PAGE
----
Delhi revels in sunshine and Holi colours

New Delhi, March 24: The sun shone bright on Thursday morning as people here splashed colours on each other and distributed sweets to celebrate Holi, the festival of colours that leads to spring.

People were seen dancing to the beats of drums and smearing each others' faces with 'abir' and 'gulal', as colours traditionally used in Holi are known.


Authorities said no untoward incident was reported from anywhere in the national capital. Over 2,500 paramilitary commandos along with the city police have been deployed here in the wake of intelligence inputs of a terror threat.

"No such case was reported till the afternoon," Muktesh Chander, special commissioner Delhi Police, told IANS.

Barricades had been set up at many places in the capital to check trouble as more than 2,500 traffic policemen were on duty to keep a close watch on those flouting road safety norms and creating problems, particularly for women.

The festival of Holi is associated with revelry and boisterous fun.

Police on Wednesday urged people to celebrate the festival with sensitivity towards others.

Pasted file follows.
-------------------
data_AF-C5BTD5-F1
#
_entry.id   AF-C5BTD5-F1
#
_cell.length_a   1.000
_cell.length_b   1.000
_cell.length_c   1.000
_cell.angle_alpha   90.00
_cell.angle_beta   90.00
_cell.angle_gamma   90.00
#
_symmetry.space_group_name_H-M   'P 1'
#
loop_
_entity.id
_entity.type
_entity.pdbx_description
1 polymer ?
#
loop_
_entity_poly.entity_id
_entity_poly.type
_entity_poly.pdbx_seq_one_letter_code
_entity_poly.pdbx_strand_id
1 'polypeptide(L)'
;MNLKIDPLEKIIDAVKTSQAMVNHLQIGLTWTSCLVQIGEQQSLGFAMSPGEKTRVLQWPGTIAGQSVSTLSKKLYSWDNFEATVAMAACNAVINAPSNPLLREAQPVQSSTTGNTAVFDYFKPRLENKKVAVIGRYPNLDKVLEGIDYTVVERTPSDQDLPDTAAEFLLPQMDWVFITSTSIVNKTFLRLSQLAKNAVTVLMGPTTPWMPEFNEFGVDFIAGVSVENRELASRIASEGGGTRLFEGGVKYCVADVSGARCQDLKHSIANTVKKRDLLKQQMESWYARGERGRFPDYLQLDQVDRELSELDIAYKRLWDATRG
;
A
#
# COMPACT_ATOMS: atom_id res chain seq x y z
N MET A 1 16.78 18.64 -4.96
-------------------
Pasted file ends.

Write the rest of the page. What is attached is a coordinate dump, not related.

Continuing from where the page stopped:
As neighbourhoods erupted into celebrations, children did what they like to do best on Holi -- played pranks by spraying coloured water with waterguns and flung water balloons at passersby from rooftops or the balconies of their homes.

Guests were treated with sweets, especially 'gujiya', the traditional pastry with a sweet filling.

The celebrations were louder in crowded urban pockets of Delhi. Revellers threw coloured water - deep purple, red, and black - at anyone they came across.

"I was waiting for this morning since long. It is fun," said Ronit Tomar, a 14-year-old boy, smeared with differents hues of color, from Sangam Apartments in Rohini.

He threw a watercolor-filled balloon at a passerby who was caught unawares. As the man looked around, Tomar shouted "bura na maano Holi hai" (Don't mind, it is Holi).

Many were seen consuming bhang (an edible preparation of cannbis) to add zest to their celebrations. Youngsters rode motorbikes, throwing colours in the air and shouting 'Holi hai!'.


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